Awesome story, thanks!
Red Corvette, not sure where you got the "spiritual eyes" thing, but
even if one witness phrased it that way, there were eleven plus witnesses who
saw the gold plates, and some of them held the plates. So you'll have to
expand your skepticism.Also, in the face of skeptics like yourself,
and having apostatized from the church as some of them did, would it not have
been easier for such to say they were wrong, or lied under pressure, or some
such excuse? Yet even those witnesses who were estranged from the church never
recanted their testimony of the plates, or the angel that presented the plates
to some of them.
@Joe Moe"would it not have been easier for such to say they were
wrong, or lied under pressure, or some such excuse? "Hypothetically, if it were all made up and you're one of the main people
in it, you have thousands of followers who sacrificed a lot to join the
church... are you sure you really want to tell them it's all made up?
I'm pretty sure that runs a high risk of ending violently.
John H. Gilbert, the typesetter for most of the book, said that he had asked
Harris, "Martin, did you see those plates with your naked eyes?"
According to Gilbert, Harris "looked down for an instant, raised his eyes
up, and said, 'No, I saw them with a spiritual eye.'" Two
other Palmyra residents said that Harris told them that he had seen the plates
with "the eye of faith" or "spiritual eyes." In 1838,
Harris is said to have told an Ohio congregation that "he never saw the
plates with his natural eyes, only in vision or imagination." A neighbor
of Harris in Kirtland, Ohio, said that Harris "never claimed to have seen
[the plates] with his natural eyes, only spiritual vision." NEED MORE ??
This is "The man who knew""Until 1831, Harris lived in
Palmyra, New York, where he was a prosperous farmer. Harris's neighbors
considered him both an honest and superstitious man. A biographer wrote that
Harris's "imagination was excitable and fecund." For example,
Harris once imagined that a sputtering candle was the work of the devil. An
acquaintance said that Harris claimed to have seen Jesus in the shape of a deer
and walked and talked with him for two or three miles. The local
Presbyterian minister called him "a visionary fanatic." A friend, who
praised Harris as being "universally esteemed as an honest man," also
declared that Harris's mind "was overbalanced by
'marvellousness'" and that his belief in earthly visitations of
angels and ghosts gave him the local reputation of being crazy. "
Ok, so the premise is that Mr Harris did not recant his story on his deathbed.
And that adds credence to the truthfulness.Hypothetical question.If he had recanted and say he made it all up, wouldn't the faithful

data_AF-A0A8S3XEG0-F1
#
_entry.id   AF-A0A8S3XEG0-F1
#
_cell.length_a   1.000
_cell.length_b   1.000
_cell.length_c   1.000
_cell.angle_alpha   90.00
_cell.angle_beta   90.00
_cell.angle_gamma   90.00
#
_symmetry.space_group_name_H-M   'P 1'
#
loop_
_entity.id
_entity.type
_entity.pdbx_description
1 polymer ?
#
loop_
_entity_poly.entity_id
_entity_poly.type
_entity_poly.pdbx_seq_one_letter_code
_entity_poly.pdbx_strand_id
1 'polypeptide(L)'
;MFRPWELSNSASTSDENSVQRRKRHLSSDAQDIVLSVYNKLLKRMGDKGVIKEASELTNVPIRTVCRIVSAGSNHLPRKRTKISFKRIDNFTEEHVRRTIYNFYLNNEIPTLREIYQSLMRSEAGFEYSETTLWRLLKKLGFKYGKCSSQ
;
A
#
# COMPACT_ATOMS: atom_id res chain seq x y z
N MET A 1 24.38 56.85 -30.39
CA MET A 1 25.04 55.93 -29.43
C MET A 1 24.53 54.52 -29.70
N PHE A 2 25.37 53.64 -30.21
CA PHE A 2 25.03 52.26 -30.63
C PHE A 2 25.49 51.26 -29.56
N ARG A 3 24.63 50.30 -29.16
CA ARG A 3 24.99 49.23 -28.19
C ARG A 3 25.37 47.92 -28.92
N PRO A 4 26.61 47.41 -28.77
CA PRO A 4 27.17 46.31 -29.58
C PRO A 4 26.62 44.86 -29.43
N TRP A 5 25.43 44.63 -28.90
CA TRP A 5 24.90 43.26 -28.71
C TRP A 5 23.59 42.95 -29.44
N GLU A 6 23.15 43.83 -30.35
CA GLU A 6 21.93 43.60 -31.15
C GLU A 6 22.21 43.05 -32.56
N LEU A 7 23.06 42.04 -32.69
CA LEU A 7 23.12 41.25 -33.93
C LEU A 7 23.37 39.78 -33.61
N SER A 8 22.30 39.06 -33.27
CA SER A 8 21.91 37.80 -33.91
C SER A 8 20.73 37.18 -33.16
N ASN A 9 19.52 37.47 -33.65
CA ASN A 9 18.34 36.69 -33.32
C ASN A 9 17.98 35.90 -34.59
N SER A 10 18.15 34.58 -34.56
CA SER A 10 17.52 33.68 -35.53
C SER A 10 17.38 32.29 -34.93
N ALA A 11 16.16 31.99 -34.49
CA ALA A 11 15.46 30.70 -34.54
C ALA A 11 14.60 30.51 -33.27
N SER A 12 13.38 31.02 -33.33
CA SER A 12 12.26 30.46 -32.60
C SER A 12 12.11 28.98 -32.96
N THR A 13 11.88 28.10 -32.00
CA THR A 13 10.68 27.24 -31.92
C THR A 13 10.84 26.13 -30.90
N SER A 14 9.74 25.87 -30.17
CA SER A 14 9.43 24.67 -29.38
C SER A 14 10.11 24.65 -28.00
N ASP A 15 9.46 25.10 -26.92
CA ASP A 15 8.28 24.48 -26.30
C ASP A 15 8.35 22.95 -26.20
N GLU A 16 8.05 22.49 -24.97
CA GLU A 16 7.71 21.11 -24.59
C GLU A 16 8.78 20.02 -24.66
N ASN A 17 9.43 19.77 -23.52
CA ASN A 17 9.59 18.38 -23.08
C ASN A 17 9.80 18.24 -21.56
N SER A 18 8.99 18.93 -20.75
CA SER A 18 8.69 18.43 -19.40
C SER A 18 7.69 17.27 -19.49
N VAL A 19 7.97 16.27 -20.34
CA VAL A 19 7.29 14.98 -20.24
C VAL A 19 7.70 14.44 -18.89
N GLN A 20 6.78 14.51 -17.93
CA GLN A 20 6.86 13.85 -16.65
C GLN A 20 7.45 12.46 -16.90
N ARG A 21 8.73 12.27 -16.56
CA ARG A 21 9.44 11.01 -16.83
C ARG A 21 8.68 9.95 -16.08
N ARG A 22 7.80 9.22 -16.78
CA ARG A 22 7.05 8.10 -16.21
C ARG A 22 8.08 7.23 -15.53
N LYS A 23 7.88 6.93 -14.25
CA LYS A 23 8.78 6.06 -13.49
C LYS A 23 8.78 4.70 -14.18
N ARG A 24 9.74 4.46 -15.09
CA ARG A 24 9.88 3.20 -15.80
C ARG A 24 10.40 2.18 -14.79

discredit his deathbed confession?just saying.
@Joe Moe-#1On 11 August 1838, Seventy Warren Parrish
wrote in a letter, “Martin Harris, one of the subscribing witnesses,
has come out at last, and says he never saw the plates, from which the
book purports to have been translated, except in a vision, and he further says
that any man who has says he has seen them in any other way is a liar,
Joseph [Smith] not excepted.” (Warren Parrish to E. Holmes, 11 Aug.
1838, The Evangelist) (Palmer, p. 205) “Harris testified to Anthony
Metcalf of Elk Horn Idaho, that ‘I never saw the golden plates, only
in a visionary or entranced state… While praying, I passed into a state of
entrancement, and in that state, I saw the angel and the
plates.’” (Martin Harris interview by Anthony Metcalf).
(Palmer, p 198)
JoeBlow, you are arguing with hypotheticals, not facts. Might as well say,
"What if he also said 'I saw a pink monkey reading the
Bible'!" Testimony shared over decades, until death especially, is
historically given more credence than a random statement, or one that is later
rescinded, for logical reasons.Also (attn: scojos) remember that
there were 12 people who signed their names to their statements, and never
changed their statements, so focusing on one witness is a red herring, anyway.
Believe MH or not, but what about the rest? They said they saw or held the
plates themselves. It would a be a strange court of law that would take
affidavits from twelve adults saying they saw/held something, with no evidence
to the contrary, and not accept it as legal fact.After all, besides
skepticism (which is not all bad, may I say, if it is used wisely), what
evidence does ANYONE have that they did NOT see/hold the plates? Believe what you may about the contents or use of the plates, why would anyone
work so hard to debunk their existence, in the face of strong supporting
evidence and no contradictory evidence? This perplexes me. My3commentsAreUp:(
Joe Moe,My point is this.This goes to religion in